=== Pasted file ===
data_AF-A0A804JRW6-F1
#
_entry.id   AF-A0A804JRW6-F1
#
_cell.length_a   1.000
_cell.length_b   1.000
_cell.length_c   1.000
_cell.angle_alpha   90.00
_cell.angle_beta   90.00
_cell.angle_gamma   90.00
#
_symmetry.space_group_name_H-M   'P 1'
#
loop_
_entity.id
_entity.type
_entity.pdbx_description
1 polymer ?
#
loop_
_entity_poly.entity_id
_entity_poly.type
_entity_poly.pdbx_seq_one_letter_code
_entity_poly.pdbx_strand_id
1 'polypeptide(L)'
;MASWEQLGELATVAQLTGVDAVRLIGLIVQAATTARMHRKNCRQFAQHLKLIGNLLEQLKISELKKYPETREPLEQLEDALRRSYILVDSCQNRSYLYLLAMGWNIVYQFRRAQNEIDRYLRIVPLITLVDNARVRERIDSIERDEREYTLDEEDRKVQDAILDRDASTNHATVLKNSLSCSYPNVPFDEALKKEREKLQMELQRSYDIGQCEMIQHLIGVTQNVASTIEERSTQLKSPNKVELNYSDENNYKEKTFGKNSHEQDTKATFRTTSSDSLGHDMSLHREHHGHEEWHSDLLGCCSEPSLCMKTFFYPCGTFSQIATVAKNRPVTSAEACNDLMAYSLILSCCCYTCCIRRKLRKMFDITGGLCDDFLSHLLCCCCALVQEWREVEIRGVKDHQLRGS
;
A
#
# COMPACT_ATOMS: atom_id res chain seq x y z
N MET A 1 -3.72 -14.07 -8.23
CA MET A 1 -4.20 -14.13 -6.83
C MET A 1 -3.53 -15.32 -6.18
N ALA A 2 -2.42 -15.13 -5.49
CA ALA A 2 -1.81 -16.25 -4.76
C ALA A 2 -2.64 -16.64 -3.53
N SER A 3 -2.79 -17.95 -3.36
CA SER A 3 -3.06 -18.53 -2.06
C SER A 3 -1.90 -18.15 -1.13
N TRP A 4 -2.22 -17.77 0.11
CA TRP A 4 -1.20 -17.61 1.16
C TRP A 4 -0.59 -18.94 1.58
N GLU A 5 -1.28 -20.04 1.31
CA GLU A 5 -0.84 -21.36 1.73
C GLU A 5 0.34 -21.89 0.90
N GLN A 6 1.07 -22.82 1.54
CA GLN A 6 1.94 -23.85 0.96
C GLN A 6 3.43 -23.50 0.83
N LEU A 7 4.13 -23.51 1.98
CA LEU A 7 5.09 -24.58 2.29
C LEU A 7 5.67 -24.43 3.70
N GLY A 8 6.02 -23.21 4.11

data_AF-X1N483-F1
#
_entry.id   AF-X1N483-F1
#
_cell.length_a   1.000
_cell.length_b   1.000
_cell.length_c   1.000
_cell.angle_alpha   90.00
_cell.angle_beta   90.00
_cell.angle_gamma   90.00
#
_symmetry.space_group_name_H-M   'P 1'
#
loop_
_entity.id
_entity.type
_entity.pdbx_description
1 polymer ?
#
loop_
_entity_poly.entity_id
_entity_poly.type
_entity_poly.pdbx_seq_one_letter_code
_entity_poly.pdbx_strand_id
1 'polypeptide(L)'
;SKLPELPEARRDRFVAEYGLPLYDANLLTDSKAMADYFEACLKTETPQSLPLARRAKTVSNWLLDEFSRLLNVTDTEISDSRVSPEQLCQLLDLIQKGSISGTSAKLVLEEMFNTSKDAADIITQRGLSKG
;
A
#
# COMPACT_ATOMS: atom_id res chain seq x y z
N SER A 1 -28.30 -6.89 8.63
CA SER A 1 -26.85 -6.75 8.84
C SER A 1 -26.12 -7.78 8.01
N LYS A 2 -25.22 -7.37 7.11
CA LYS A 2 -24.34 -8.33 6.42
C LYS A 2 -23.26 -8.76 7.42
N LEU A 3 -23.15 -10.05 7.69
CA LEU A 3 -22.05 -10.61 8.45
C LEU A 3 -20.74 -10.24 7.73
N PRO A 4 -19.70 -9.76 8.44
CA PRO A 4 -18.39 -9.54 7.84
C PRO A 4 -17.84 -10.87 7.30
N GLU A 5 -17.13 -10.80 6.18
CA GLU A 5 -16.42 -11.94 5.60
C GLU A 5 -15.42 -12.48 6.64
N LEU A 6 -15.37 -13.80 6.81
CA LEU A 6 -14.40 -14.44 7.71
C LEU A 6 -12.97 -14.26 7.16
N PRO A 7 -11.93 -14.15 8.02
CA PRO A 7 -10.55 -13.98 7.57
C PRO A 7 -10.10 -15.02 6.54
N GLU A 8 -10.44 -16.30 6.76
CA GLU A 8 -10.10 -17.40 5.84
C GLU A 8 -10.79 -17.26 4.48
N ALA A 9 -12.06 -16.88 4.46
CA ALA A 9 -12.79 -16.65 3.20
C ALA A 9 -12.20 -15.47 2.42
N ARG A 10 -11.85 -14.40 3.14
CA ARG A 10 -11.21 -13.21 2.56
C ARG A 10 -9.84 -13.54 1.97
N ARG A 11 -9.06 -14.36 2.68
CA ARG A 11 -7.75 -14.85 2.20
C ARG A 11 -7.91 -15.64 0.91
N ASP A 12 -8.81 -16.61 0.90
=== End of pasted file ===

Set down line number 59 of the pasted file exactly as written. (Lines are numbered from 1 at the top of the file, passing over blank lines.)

_cell.length_c   1.000